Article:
I couldn't post Tjader without a nod to his sometimes bandmate, friend and collaborator, João Donato. This is Tjader's extended take on the Donato classic.

Wednesday, January 07, 2009

Funny Ha Ha or Funny La La?

Humor is one of the most difficult things to master in a foreign language. Barring physical humor (dad getting hit in the nuts with a nerf baseball bat) which is pretty universal, figuring out the nuances of a foreign sense of humor is the sign of true mastery of a language and its culture. I think we also have a bias for our native culture's humor as we learn it so early, so getting under the skin of another kind of humor can be extremely difficult. Everyone can remember telling (or parents reminding us) of our first attempts at humor. My first joke that I continuously repeated was:

Q: What's the difference between a piano and a fish?
A: You can tune a piano, but you can't tunafish!

Musical comedy is also a fairly universal medium from Bill Cosby to Weird Al Jankovic and Brazil, with its vast catalog of recorded music, is no exception. Sure, I was a Weird Al fan as an adolescent, but most musical comedy is not so durable, because frankly the music is just not that great and after awhile you get to know all of the jokes by heart and then what is there to enjoy? That's why Baiano & Os Novos Caetanos are so great, because 1) I barely understand any of the jokes, and 2) the music is great, so I can listen to these albums for the musical enjoyment alone.

What I've managed to glean from friends and websites is that Baiano & Os Novos Caetanos are a parody band based on several popular Brazilian acts. Clearly the Tropicalists (namely Caetano Veloso) and their second-generation offspring Os Novos Baianos are the primary targets. I also happen to think that the extremely popular duo of Toquinho & Vinicius are prime targets too as one of the characters silently strums a guitar, while the other pontificates with an assumed gravitas and baritone voice.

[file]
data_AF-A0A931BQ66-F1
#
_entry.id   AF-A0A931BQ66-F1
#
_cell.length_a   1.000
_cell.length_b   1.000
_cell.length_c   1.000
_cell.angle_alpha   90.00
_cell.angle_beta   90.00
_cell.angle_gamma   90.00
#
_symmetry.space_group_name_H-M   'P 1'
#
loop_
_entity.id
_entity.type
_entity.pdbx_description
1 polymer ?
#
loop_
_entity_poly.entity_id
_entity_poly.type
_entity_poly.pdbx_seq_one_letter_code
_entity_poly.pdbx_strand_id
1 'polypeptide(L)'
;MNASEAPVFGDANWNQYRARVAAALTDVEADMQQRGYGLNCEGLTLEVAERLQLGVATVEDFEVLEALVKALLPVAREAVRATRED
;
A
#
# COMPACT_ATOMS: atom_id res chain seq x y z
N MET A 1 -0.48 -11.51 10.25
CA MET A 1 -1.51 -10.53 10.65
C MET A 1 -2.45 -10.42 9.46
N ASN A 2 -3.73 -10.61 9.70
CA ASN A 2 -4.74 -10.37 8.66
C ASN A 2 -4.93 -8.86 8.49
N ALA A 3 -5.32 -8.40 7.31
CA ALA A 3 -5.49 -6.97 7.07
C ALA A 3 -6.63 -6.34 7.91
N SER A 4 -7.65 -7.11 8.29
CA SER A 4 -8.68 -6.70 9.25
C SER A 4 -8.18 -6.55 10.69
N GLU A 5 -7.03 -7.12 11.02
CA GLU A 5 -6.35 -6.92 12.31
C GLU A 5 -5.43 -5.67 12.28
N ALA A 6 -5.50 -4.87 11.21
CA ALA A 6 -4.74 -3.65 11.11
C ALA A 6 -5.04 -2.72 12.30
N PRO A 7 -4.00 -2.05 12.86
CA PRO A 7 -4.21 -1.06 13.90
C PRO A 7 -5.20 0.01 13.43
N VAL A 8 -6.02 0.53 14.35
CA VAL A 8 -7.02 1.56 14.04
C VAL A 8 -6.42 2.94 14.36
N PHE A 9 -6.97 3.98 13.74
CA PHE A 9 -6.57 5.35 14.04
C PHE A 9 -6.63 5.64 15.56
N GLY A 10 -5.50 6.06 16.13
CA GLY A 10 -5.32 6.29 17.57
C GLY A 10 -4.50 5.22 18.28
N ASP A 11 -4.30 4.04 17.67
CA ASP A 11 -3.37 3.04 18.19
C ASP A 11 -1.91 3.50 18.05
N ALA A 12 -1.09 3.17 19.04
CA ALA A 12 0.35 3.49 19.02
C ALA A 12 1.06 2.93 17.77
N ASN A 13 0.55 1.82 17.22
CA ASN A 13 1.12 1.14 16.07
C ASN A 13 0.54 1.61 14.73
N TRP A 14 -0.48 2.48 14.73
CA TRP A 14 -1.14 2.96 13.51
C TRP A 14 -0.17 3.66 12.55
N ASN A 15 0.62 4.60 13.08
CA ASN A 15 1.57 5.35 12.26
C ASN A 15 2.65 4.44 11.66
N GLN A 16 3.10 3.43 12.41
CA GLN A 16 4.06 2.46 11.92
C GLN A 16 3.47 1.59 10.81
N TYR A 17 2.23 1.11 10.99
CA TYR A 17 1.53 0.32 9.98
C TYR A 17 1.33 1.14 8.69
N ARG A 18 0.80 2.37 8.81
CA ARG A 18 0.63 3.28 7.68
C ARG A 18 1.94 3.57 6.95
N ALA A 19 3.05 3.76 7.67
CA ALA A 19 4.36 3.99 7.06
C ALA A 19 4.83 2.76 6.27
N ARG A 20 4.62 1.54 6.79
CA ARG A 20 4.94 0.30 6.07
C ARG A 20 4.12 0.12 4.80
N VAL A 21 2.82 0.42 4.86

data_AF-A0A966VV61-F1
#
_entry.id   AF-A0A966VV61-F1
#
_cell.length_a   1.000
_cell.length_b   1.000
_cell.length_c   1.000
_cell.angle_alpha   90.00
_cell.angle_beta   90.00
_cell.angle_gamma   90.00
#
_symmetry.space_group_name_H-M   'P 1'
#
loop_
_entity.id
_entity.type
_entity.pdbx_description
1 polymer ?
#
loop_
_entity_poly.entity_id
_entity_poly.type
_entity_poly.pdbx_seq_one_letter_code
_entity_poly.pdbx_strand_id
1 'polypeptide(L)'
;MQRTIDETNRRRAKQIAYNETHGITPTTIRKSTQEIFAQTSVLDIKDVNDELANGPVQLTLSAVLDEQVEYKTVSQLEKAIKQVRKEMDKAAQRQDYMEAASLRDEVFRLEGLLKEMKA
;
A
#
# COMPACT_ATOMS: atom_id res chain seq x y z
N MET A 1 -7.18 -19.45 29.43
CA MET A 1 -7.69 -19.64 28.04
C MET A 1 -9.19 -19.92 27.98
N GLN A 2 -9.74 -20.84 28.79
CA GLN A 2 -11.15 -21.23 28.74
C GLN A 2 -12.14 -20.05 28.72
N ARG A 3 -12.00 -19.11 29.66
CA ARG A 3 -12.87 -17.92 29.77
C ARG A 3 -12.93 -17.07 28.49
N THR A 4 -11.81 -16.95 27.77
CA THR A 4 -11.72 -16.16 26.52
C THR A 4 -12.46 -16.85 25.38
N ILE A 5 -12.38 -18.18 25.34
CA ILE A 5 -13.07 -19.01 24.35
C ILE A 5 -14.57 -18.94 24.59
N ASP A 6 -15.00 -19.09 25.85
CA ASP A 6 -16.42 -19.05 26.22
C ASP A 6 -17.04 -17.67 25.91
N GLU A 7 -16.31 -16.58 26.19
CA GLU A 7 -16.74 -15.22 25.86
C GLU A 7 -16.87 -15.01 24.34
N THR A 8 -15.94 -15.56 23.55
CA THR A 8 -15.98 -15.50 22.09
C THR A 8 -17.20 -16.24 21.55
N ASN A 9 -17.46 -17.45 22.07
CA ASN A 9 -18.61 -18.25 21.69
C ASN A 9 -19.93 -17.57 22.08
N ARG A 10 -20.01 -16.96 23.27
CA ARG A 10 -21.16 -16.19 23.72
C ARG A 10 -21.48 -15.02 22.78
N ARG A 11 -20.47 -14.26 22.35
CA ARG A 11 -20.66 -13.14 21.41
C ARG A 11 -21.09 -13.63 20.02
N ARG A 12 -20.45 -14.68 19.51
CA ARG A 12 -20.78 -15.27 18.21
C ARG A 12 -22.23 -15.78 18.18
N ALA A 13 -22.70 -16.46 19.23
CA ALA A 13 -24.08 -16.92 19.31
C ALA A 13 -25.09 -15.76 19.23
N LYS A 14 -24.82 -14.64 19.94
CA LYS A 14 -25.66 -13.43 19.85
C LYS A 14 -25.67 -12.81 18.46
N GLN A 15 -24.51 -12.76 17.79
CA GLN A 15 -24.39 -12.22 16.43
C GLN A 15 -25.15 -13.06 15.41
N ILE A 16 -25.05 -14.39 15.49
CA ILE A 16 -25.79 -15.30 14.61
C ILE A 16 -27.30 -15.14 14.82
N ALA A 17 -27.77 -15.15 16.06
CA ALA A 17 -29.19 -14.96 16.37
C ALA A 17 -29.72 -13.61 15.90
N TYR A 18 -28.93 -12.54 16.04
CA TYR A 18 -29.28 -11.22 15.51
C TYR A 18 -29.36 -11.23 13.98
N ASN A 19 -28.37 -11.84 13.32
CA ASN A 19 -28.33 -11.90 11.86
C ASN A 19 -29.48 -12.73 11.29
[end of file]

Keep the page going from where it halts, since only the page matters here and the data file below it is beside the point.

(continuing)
Evidently they were very funny in their day. As I try to make out the lyrics I can detect some jabs at Brazilian hippydom in the forms of parodies on bleeding heart ecological sermons and white Brazilians faking the Soul Brasiliero Funk.

The two comedians that came up with the musical skit (think about how the Blues Brothes emerged from Saturday Night Live skits based on the characters played by Dan Akroyd and John Belushi) are Arnaud Rodrigues and Chico Anisio and the skit originated from Chico's popular comedy program "Chico City". This skit was one of many skits (again like Blues Brothers on SNL), but as far as I know it was the only one to spin-off into a popular musical entity. Both actors/comedians/musicians have a long history and each of them have their own side projects on record and I presume television. From what I've heard these guys were pretty well known when their first album came out and they must have done pretty well as there are no fewer than five Baiano & Os Novos Caetanos albums. I've only really listened to these first two which both came out on Durval Ferreira's CID label in 1974 and 1975. As usual with CID releases, the musicians are top-tier including Jose Roberto Bertrami (Azymuth), Orlandivo (who co-wrote some songs) and of course Mr. Ferreira himself. Like I said earlier, what makes these records great are the songs. They're catchy and also really diverse in style. As you can hear from the selections these guys take on Funk, Forró and even Salsa between these four exemplary cuts.

Baiano & Os Novos Caetanos - Nega
This will one day be the start off track for a killer Brazilian mix that currently resides in my head.
Baiano & Os Novos Caetanos - Vo Bate Pa Tu
This is by far their biggest hit and if I get the slang right is translated as "I'm gonna beat you" . . . but please correct me if I'm wrong (I'm horrible with prepositions). UPDATE: a real, live Brazilian tuned in to comment and give a more accurate translation, which sure enough required some specific slang. Evidently, these lyrics refer to cocaine and the title basically says "I'm gonna cut a line (of cocaine) for you" - see Ulysses' comment for details.

Baiano & Os Novos Caetanos - Forró
A nice forro tune.

Baiano & Os Novos Caetanos - Yo No Quiero Saber
An interesting Salsa-inspired track. This sounds really familiar . . . does anyone out there know if this is a cover of something else?